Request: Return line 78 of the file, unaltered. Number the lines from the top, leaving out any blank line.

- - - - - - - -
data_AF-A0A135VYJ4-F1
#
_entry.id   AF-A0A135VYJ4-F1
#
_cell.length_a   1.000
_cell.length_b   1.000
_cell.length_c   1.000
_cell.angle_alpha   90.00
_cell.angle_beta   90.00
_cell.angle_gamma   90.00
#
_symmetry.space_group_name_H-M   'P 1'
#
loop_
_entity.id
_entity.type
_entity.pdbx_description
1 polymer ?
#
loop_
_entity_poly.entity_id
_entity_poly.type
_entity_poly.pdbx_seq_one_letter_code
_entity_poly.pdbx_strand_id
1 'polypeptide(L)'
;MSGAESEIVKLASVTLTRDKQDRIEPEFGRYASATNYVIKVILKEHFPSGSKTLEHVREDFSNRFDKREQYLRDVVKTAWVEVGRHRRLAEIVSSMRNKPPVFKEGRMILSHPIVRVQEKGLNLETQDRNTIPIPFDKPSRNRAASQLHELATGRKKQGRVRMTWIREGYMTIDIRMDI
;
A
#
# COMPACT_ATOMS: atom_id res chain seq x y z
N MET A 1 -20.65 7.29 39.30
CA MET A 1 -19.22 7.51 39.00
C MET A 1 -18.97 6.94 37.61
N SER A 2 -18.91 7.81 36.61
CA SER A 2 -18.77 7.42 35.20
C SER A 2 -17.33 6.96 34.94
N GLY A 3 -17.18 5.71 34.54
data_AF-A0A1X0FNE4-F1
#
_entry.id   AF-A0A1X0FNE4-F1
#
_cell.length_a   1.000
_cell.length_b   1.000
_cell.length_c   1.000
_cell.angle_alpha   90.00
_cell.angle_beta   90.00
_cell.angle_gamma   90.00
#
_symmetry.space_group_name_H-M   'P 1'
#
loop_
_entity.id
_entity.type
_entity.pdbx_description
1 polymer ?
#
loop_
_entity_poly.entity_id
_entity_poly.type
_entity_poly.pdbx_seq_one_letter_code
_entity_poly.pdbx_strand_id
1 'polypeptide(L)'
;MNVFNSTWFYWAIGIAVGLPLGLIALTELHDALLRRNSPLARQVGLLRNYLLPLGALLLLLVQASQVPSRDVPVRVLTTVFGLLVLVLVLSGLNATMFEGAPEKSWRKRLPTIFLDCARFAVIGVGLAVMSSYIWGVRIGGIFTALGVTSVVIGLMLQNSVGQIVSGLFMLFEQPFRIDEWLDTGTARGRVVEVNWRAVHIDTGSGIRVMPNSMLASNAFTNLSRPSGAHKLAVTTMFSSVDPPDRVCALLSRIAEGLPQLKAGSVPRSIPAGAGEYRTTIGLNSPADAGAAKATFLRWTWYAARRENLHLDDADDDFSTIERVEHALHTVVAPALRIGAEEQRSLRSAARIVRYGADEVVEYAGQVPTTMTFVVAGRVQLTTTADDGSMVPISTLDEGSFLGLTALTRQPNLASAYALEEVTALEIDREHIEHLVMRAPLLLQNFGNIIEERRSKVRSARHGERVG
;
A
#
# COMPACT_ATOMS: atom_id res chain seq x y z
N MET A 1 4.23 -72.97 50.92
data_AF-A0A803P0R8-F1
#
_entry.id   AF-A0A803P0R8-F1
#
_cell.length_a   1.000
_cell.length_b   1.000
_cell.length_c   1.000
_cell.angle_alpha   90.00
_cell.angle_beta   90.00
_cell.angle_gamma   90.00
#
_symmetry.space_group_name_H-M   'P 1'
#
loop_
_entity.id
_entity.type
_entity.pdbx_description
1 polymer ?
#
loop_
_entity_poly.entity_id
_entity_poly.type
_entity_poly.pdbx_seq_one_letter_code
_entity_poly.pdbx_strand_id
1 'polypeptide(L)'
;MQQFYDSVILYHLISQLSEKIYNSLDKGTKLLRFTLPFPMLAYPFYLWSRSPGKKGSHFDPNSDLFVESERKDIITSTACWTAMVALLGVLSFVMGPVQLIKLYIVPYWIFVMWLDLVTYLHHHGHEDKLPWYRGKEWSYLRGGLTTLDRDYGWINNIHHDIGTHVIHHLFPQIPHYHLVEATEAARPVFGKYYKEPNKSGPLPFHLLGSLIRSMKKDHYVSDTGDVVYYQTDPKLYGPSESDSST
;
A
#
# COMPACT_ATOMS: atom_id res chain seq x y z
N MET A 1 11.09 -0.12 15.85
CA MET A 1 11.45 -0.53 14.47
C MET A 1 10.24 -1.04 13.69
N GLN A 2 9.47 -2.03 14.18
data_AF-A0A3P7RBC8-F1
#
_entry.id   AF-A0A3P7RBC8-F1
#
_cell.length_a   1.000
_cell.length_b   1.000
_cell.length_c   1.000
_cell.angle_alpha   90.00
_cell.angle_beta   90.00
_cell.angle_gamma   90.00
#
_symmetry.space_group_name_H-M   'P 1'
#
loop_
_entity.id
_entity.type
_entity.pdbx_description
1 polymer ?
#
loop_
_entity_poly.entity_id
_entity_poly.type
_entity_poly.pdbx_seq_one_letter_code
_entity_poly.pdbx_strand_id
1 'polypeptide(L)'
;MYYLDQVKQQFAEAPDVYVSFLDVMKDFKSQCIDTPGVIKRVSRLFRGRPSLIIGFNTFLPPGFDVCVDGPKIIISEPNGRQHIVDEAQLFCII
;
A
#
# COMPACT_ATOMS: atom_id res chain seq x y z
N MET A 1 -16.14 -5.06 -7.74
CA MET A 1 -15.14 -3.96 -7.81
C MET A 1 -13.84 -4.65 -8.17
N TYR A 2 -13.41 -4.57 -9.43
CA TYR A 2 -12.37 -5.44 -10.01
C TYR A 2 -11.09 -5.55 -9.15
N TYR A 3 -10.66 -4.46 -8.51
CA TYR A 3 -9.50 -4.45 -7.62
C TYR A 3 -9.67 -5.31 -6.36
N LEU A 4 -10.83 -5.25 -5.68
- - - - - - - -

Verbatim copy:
_cell.angle_gamma   90.00